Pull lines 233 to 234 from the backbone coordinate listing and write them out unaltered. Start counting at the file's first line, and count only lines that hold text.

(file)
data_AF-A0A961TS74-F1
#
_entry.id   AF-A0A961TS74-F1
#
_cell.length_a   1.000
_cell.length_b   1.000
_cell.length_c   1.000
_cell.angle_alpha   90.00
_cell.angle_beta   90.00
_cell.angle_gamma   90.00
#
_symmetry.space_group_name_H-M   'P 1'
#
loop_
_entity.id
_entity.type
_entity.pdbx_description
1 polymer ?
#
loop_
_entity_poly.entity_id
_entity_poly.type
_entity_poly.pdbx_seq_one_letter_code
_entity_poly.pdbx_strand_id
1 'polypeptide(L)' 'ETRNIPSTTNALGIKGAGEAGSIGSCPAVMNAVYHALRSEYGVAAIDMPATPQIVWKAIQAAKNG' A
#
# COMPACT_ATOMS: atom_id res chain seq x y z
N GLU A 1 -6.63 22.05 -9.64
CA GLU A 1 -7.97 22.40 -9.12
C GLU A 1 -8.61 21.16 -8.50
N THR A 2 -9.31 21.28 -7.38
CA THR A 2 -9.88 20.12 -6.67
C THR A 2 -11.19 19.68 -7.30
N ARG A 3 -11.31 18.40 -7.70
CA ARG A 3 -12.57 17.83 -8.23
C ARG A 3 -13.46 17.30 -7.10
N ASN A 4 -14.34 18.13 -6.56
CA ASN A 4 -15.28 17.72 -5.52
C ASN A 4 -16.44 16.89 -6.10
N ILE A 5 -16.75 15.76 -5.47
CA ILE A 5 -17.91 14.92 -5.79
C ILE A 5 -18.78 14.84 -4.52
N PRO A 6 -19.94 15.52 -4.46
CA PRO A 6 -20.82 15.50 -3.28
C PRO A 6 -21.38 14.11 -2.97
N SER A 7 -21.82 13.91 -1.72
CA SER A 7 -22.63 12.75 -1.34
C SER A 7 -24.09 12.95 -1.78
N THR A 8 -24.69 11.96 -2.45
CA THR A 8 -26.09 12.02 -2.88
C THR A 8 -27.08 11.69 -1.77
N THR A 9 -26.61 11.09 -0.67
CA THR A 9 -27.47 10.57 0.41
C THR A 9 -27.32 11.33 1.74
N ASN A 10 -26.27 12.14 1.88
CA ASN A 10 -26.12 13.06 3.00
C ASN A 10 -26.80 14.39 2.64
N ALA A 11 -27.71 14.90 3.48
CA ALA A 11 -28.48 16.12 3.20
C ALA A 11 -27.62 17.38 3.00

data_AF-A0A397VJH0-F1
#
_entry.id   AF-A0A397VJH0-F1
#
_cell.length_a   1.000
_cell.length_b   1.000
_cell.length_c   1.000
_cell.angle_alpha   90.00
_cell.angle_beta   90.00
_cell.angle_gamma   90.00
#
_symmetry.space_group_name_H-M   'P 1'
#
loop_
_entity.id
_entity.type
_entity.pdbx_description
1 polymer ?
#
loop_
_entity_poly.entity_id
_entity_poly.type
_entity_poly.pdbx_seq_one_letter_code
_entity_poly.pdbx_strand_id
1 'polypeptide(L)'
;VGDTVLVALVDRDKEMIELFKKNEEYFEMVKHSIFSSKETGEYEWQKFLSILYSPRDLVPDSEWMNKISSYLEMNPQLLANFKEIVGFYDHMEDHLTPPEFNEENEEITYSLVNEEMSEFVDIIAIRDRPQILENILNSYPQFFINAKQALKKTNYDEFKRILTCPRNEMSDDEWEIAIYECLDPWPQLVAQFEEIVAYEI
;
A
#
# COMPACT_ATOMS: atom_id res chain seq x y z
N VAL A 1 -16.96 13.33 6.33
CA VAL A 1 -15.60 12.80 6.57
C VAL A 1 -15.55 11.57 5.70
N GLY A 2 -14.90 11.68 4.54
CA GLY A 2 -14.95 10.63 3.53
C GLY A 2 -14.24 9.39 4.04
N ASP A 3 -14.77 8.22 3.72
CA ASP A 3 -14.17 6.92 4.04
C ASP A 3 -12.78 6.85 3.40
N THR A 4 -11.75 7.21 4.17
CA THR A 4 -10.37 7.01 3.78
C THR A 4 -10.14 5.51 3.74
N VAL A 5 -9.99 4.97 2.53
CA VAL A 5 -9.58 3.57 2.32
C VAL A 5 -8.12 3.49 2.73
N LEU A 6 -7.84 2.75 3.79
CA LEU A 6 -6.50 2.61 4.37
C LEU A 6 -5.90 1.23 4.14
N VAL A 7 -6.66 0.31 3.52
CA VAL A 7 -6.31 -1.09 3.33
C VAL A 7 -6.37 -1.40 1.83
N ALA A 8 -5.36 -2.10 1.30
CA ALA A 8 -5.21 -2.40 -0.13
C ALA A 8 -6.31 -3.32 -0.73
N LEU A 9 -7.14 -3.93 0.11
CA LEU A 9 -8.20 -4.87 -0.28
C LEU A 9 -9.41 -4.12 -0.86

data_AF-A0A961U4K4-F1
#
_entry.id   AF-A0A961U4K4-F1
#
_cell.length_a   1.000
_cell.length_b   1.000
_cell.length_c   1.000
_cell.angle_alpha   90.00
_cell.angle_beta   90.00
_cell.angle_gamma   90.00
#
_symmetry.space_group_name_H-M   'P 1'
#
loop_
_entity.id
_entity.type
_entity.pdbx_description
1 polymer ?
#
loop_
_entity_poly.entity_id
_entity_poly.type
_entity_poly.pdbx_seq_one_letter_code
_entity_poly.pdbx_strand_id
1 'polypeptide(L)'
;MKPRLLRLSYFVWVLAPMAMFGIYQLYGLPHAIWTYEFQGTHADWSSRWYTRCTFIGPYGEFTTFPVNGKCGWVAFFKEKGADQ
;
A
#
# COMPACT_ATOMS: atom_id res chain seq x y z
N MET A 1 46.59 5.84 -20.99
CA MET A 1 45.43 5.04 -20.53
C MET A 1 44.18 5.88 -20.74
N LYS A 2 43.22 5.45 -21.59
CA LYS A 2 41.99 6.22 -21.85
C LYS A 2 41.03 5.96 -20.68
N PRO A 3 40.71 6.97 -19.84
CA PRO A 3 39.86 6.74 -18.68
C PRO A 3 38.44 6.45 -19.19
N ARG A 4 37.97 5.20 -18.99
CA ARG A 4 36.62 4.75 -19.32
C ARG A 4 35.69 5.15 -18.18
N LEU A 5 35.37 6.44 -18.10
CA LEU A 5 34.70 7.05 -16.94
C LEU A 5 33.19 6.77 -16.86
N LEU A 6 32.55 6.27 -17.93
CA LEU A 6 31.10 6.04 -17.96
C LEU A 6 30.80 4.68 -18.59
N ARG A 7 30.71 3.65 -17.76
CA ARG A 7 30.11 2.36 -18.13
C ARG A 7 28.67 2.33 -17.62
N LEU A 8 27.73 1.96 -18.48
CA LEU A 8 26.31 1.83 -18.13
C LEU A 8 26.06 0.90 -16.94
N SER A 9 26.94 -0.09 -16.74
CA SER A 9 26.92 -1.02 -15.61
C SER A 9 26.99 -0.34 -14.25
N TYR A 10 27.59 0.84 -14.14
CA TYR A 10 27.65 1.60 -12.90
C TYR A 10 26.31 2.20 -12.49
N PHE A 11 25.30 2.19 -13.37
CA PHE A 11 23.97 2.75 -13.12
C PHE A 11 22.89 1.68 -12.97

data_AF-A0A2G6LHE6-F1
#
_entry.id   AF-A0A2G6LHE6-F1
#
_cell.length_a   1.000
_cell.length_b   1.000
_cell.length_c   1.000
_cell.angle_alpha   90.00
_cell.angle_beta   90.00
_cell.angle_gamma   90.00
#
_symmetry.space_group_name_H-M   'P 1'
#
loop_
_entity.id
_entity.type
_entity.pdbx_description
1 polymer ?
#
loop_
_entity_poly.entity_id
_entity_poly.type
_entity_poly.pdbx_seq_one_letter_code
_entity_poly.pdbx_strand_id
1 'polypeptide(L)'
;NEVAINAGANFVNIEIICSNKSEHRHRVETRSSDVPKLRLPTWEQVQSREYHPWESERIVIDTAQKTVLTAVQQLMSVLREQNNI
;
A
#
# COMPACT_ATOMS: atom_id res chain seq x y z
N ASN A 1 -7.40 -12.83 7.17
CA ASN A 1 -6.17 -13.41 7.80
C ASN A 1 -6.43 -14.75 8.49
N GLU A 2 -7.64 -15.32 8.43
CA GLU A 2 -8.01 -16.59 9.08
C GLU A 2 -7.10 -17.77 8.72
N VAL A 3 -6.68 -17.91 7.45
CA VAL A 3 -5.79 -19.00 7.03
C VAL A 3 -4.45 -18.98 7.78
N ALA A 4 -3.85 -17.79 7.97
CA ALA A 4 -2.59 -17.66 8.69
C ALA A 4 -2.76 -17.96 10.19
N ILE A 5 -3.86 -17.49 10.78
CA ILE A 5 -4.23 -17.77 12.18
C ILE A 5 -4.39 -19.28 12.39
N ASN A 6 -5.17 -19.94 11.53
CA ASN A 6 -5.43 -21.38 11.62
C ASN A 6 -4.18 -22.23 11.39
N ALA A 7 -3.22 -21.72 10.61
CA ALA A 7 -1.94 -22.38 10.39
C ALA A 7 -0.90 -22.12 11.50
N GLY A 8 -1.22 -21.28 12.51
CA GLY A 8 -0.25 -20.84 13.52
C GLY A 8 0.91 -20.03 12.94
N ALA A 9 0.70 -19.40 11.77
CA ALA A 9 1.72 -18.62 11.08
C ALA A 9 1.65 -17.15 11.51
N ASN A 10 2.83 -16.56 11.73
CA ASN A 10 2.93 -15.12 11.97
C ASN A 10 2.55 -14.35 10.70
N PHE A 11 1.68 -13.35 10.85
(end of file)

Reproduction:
CA GLY A 8 -0.25 -20.84 13.52
C GLY A 8 0.91 -20.03 12.94